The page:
When searching for work gloves, nitrile coated gloves, and latex coated gloves are popular options, but which is best? Before we begin with the merits, let's discuss the properties of latex and nitrile themselves. What is each substance made with, and what's its purpose? Does one fare better than the other? Find out.
The Pure Substances: Nitrile vs. Latex
On a basic level, nitrile is a synthetic rubber whereas latex is a natural material made from actual rubber. When using these gloves in their pure material (think stretchy - usually latex - gloves at the doctor's office) - not the coated kind - it’s important to know if you have an allergy to latex. If you do, then you must use an alternative to latex, but - either way - here are the advantages of pure nitrile gloves vs pure latex gloves.
The advantages of pure nitrile gloves:
- They aren’t made with latex (for people with allergies)
- They are more puncture resistant
- They have a high sensitivity
- They mold to your hands
- They work well against infectious material
- They are chemical resistant
- They have a long shelf life
The advantages of pure latex gloves:
- They fit like a second skin
- They have high sensitivity
- They are long-wearing
- They are elastic
- They are biodegradable
- They work well for infectious materials
- They are inexpensive
- They are naturally chemicall resistant against acids, bases, chlorine, iodine, and formaldehyde.
However, what about nitrile and latex coated work gloves. Which is best then? Do the properties work the same in coating as they do as a singular product?
Before we get into the answer, it’s important to note that there are four types of palm coating for work gloves: PVC-coated, Polyurethane-coated, Latex-coated, and Nitrile palm-coated. Each have their merits, and which you choose will, ultimately, depend on purpose. Let's get into the uses of each.
The four types of palm-coated work gloves
Before weighing in on which is 'best,' let's take a look at the four types of palm-coated work gloves, and their purposes.
Nitrile-Coated Work Gloves
Nitrile-coated gloves are puncture, cut, snag, abrasion, oil, fuel, and tear resistant - three times more puncture resistant than rubber. Nitrile stands up well to oil unlike rubber. Nitrile isn’t flame resistant, but does well in a range of temperatures: between -4°C (25°F) and 149°C (300°F). Nitrile can be turned into a foam with sponge-like properties, sucking up oil on the surface of an object, and improving grip. It’s a good choice for jobs working with oily parts like in metal stamping.
Latex-Coated Work Gloves
Latex-coated work gloves, in contrast, have a high elasticity (stretch), and superior grip to any of the other materials. It can withstand high temperatures, and resist tears too. Latex resists alcohols, some ketones, but doesn’t resist hydrocarbon or organic solvents like gasoline. The downside is that many people are allergic to latex.
£1.57 per pair
Since our focus is on the two latter options, a quick definition of the other two options is sufficient.
PVC-Coated Work Gloves
A PVC-coated work glove is an inexpensive synthetic material that doesn’t cause allergic reaction. It’s stronger than latex or nitrile. It’s abrasion resistant but susceptible to punctures, cuts, and snags.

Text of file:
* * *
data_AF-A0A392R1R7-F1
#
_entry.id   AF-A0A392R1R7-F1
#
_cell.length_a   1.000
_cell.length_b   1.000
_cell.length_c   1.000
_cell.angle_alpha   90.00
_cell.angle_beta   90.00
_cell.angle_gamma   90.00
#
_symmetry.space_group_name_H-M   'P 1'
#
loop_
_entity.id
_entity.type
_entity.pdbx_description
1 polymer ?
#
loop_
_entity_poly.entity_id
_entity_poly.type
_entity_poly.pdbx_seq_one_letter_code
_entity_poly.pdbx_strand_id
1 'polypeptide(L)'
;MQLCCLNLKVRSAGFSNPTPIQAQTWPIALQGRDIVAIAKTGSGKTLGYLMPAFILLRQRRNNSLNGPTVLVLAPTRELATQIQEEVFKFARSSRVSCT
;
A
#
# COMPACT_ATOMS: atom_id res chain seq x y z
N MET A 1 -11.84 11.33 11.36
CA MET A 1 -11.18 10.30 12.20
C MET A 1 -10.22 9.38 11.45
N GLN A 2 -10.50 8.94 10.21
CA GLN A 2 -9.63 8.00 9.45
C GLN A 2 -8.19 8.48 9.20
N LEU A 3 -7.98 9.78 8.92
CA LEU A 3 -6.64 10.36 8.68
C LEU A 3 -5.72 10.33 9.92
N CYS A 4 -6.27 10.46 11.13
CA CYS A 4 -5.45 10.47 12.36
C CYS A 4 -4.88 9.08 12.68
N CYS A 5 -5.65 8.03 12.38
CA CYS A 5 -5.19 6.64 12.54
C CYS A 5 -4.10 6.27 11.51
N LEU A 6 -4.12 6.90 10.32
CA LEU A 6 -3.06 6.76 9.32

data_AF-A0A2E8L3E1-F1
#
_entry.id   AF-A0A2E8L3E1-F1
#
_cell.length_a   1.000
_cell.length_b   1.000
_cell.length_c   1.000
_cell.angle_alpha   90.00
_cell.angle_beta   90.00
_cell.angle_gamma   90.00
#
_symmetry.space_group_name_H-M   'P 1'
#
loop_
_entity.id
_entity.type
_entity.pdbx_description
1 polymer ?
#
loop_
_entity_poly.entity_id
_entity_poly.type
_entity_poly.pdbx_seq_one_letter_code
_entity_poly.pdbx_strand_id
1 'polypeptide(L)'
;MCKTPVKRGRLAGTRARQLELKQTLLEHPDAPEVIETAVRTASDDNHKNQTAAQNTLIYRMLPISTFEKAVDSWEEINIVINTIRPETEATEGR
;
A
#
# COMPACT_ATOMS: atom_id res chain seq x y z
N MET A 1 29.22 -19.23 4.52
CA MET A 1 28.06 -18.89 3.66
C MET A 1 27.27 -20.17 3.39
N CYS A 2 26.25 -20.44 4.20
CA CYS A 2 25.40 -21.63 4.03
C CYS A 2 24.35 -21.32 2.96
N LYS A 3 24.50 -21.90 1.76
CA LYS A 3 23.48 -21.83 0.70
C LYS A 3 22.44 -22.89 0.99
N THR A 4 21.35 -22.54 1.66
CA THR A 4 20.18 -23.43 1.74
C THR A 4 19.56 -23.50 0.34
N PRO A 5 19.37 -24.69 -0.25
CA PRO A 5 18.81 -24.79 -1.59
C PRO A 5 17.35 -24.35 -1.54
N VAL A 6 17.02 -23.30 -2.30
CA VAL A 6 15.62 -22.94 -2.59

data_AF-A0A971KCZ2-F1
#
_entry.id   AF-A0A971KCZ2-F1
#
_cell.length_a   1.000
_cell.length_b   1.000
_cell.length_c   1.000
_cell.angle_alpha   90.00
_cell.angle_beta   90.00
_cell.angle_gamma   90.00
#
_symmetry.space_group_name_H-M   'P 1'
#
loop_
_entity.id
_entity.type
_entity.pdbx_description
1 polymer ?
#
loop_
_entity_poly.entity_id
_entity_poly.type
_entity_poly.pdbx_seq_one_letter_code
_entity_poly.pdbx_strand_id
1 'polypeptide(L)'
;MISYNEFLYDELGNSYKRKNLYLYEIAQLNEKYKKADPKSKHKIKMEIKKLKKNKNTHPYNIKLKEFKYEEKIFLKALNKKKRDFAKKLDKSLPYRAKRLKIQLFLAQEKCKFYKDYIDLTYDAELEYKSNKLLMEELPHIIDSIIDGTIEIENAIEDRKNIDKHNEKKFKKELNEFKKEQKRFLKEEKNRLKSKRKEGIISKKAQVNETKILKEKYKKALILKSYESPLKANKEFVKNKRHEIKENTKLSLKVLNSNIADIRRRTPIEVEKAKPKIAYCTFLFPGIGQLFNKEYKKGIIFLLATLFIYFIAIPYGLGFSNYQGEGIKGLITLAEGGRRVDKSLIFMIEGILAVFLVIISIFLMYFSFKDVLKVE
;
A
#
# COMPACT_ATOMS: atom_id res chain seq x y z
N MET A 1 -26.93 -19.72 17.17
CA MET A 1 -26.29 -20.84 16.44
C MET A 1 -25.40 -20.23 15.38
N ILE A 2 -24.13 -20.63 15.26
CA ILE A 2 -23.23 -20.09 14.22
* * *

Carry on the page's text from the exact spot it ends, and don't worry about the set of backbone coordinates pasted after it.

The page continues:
It is flexible, but doesn’t provide sensitivity to the touch unlike many rubber products. Its wear and abrasion resistance mirrors nitrile, but the benefit is glue will not adhere to it, so this type of glove is best for glue-related jobs like woodworking, automotive assembly, and trim application. It stays flexible in a lower temperature too, so it’s ideal as a winter glove.
Polyurethane-Coated Work Gloves
Polyurethane-coated work gloves, on the other hand, have great stretch and strength, and have a low particulate shed. This type of glove has recently seen more use in the medical industry on medical equipment for its low-allergic reaction causing properties. This material has a strong, non-sticky grip so it doesn’t need powder to reduce stickiness - like some rubber products. The material is soft with puncture and abrasion resistance, and it’s very versatile overall.
It’s used mostly to provide cut-resistance, and it still allows for sensitivity. It works well for electronic and cleanroom industries. It’s resistant to oil, solvent, fat, grease, gasoline (unlike rubber), oxidation, and ozone, but is not resistant to hot water, and shouldn’t be used above 79°C (175°F).
So which should I choose?
Again, what you choose depends on your task and industry; however, for safety purposes, it’s best to find the highest-quality glove you can afford. Buying cheaper alternatives can lead to injury, and higher replacement rate, so whether you’re choosing between nitrile and latex or polyurethane and PVC is really up to you and your industry. For example, if you want to resist high temperatures and have a good grip, latex should be your choice, but if you want to have the best puncture resistance, you’d choose nitrile. For glue-working industries, PVC coating would be the best fit (no pun intended), and for its low shed, cut-resistance, grip, and low allergen properties polyurethane (PU) coating wins. There’s no right answer on what to choose, but your hazard report should provide insight into what will work for your industry.
At Xamax, we have all four of these coatings available in our work gloves with different PPE specifications and price points. Find out which glove is right for you:
Make sure you’re prioritising worker safety.
At Xamax, we aim to keep you safe by providing top quality products at a price that can’t be beaten (talk to our sales team if you find a product cheaper anywhere else - and we’ll match your price). Download your FREE copy of our PPE checklist today so you can find out if you’re PPE compliant. You’ll know when to reorder equipment, how to take care of it, how to store it, how to clean it, and much more.